Cluster spacecraft surf the plasma waves
13 July 2001ESA's four Cluster spacecraft continue to provide groundbreaking new information about the interaction between our nearest star - the Sun - and planet Earth.
The latest breakthrough comes from recent analysis of data from the Electric Field and Wave (EFW) experiments on the Cluster quartet. As they sail through the sea of plasma (an electrified gas containing electrons and protons) that fills near-Earth space, the instruments enable scientists to create the first three-dimensional view of this turbulent region.
What they see is wave after wave travelling around the magnetopause - the flexible outer boundary between the Earth's magnetosphere (the region dominated by Earth's magnetic field) and the vast expanse of interplanetary space that is dominated by the electrons and protons of the solar wind.
This is not the first time that evidence for plasma waves has been found at the magnetopause. Earlier this year, scientists using data from the STAFF instrument on Cluster found the first observational proof that occasional waves exist.
Now, after analysis of the EFW data, scientists from the Swedish Institute of Space Physics have followed this initial success with confirmation that these waves are not single, isolated events, but a continuous flow of crests and troughs.
A never-ending series of fast-moving waves seems to be generated when the electrically charged particles in the solar wind sweep around the magnetosphere - the magnetic bubble that surrounds our Earth.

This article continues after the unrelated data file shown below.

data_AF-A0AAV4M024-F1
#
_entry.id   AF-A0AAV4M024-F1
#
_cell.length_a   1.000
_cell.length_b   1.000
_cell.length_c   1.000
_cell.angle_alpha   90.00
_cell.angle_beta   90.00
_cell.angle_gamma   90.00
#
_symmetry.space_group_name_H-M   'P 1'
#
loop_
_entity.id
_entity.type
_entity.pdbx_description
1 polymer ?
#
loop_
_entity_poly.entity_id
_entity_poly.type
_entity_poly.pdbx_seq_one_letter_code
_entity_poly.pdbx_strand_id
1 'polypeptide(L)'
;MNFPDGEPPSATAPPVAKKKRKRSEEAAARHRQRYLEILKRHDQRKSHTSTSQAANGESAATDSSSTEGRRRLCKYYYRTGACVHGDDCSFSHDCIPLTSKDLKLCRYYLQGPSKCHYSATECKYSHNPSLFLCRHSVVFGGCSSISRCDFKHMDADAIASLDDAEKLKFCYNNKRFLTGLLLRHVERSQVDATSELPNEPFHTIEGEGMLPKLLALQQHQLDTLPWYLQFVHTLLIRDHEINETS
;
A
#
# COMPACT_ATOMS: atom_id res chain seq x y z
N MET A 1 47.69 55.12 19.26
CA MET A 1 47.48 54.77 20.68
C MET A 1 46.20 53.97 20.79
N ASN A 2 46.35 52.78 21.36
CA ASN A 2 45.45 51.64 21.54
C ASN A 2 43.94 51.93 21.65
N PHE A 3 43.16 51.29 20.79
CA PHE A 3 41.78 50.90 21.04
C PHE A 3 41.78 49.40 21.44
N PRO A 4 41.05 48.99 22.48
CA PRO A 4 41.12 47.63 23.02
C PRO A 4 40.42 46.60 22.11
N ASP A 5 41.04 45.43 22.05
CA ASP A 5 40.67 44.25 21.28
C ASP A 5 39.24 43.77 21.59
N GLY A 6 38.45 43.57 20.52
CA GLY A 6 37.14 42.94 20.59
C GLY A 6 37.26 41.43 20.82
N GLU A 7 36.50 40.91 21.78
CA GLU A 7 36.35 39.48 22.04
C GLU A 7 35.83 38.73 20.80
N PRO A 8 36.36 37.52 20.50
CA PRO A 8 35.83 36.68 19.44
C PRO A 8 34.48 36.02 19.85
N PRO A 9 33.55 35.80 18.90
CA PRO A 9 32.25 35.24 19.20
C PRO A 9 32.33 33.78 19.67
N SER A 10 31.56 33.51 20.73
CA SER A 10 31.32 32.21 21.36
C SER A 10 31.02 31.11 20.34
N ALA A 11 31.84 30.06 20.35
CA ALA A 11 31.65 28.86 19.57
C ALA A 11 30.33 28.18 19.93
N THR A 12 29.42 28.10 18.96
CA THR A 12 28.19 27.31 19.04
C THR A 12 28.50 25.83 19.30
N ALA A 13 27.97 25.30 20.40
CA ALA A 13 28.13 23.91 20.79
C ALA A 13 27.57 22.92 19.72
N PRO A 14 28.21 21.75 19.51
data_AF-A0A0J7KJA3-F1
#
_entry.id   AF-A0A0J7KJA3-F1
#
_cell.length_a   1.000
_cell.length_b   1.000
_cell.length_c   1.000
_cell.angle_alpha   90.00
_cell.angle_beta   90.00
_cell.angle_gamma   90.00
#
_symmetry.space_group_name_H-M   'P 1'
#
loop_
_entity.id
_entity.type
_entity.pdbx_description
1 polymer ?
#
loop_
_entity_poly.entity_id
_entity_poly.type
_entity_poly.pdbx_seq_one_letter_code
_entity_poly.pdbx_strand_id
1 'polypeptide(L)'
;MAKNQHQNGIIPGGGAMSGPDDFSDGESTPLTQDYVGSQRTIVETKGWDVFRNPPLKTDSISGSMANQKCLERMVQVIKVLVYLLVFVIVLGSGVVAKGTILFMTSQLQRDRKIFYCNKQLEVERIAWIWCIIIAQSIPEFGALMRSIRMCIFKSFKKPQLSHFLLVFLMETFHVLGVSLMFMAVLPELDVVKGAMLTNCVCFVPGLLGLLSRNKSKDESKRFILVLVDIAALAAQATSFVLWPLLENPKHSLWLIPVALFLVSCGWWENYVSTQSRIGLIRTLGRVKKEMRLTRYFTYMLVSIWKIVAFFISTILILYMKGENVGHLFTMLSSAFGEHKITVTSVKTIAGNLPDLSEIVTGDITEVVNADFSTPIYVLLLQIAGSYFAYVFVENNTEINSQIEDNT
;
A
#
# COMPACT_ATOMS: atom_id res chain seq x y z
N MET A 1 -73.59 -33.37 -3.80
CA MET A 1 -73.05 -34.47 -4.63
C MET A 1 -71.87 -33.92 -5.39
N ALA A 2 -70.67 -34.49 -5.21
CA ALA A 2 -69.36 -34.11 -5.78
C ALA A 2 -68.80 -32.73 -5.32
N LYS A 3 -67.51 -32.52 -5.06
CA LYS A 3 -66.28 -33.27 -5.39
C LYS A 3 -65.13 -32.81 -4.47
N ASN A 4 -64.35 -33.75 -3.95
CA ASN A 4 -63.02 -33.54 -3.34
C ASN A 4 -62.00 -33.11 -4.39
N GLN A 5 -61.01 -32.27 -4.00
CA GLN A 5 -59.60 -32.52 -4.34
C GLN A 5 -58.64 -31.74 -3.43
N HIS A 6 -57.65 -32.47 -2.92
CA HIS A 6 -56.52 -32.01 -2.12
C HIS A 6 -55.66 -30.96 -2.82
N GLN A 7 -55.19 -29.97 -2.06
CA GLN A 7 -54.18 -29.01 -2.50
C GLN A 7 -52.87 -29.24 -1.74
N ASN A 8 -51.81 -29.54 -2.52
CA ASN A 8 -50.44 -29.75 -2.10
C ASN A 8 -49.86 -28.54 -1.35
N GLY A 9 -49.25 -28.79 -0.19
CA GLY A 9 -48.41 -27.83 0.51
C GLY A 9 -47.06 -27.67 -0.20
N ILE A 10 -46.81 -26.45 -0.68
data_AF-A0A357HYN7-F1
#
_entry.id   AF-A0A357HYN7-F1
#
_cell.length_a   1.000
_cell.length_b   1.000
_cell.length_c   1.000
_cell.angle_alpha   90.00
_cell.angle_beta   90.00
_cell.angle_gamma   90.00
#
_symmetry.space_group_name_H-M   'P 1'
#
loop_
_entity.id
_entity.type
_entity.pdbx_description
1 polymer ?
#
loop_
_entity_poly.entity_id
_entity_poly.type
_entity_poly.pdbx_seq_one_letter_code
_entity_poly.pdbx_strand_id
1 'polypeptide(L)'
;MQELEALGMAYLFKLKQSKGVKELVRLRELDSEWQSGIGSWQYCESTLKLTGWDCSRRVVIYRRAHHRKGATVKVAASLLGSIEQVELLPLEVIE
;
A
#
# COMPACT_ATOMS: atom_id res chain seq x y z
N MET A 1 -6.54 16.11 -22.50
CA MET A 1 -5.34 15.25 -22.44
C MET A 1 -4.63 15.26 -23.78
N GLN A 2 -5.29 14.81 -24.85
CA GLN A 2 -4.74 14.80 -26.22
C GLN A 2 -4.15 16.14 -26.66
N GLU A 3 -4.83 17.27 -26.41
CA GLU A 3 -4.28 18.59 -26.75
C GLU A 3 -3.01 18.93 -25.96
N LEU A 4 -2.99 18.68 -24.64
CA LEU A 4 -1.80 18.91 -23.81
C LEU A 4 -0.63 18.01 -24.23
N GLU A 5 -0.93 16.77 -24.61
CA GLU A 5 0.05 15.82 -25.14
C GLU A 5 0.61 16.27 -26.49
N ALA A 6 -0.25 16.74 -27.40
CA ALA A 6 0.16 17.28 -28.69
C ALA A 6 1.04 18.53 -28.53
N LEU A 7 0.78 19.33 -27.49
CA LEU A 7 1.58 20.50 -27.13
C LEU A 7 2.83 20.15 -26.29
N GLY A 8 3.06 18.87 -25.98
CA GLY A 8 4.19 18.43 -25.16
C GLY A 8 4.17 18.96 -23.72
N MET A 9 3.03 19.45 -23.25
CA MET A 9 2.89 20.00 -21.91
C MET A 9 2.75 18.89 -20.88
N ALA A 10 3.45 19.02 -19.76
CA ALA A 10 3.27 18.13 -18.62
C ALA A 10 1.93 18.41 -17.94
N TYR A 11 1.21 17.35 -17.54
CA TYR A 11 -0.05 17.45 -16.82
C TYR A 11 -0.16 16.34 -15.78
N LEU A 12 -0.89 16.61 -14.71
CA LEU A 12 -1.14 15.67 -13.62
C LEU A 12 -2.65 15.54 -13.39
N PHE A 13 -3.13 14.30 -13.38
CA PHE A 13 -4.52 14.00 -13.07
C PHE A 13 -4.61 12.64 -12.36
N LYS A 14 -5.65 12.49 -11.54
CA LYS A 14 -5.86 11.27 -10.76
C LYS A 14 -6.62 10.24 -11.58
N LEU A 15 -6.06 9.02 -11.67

Like ships sailing a stormy sea, the Cluster's mini-flotilla has surfed the fast-moving plasma and recorded a series of waves sweeping past all 4 spacecraft. By comparing data from each satellite, the scientists have shown that the waves move along the magnetopause, away from the Sun, with a velocity of about 145 km/s - equivalent to travelling from London to Paris in 2 1/2 seconds.
"It seems that they are caused by an interaction between waves in the solar wind plasma and the outer edge of the Earth's magnetic field," said EFW scientist Andris Vaivads from the Swedish Institute of Space Physics in Uppsala, Sweden.
"It is rather like the wind blowing across a lake," said Cluster Project Scientist Philippe Escoubet. "When the air flows over the water, waves form and travel across the surface of the lake."
"However, we still have a lot to learn about the waves at the magnetopause," he added. "They seem to vary in size and speed, but we don't yet know why. Are the waves different on the dusk side of the Earth? These are questions that Cluster will help to answer in the years ahead."